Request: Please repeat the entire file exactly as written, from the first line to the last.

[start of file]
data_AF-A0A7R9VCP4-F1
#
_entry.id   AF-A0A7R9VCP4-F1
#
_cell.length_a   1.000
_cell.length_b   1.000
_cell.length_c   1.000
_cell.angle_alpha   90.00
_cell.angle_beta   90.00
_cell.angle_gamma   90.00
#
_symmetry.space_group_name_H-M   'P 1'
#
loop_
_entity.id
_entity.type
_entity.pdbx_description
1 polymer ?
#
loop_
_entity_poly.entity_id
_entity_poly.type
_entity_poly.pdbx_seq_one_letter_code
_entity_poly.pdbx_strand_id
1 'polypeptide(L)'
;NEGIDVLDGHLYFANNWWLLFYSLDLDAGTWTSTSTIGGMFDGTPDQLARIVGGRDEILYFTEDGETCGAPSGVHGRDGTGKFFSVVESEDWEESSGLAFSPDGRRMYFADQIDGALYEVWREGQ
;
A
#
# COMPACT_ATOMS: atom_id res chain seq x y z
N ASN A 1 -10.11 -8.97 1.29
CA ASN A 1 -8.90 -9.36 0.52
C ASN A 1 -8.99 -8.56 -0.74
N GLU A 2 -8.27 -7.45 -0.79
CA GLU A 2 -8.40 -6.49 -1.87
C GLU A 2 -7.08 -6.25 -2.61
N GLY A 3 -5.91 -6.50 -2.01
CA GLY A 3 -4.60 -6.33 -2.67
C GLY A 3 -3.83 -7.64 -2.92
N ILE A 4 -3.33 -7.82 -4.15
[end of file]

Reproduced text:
data_AF-A0A7R9VCP4-F1
#
_entry.id   AF-A0A7R9VCP4-F1
#
_cell.length_a   1.000
_cell.length_b   1.000
_cell.length_c   1.000
_cell.angle_alpha   90.00
_cell.angle_beta   90.00
_cell.angle_gamma   90.00
#
_symmetry.space_group_name_H-M   'P 1'
#
loop_
_entity.id
_entity.type
_entity.pdbx_description
1 polymer ?
#
loop_
_entity_poly.entity_id
_entity_poly.type
_entity_poly.pdbx_seq_one_letter_code
_entity_poly.pdbx_strand_id
1 'polypeptide(L)'
;NEGIDVLDGHLYFANNWWLLFYSLDLDAGTWTSTSTIGGMFDGTPDQLARIVGGRDEILYFTEDGETCGAPSGVHGRDGTGKFFSVVESEDWEESSGLAFSPDGRRMYFADQIDGALYEVWREGQ
;
A
#
# COMPACT_ATOMS: atom_id res chain seq x y z
N ASN A 1 -10.11 -8.97 1.29
CA ASN A 1 -8.90 -9.36 0.52
C ASN A 1 -8.99 -8.56 -0.74
N GLU A 2 -8.27 -7.45 -0.79
CA GLU A 2 -8.40 -6.49 -1.87
C GLU A 2 -7.08 -6.25 -2.61
N GLY A 3 -5.91 -6.50 -2.01
CA GLY A 3 -4.60 -6.33 -2.67
C GLY A 3 -3.83 -7.64 -2.92
N ILE A 4 -3.33 -7.82 -4.15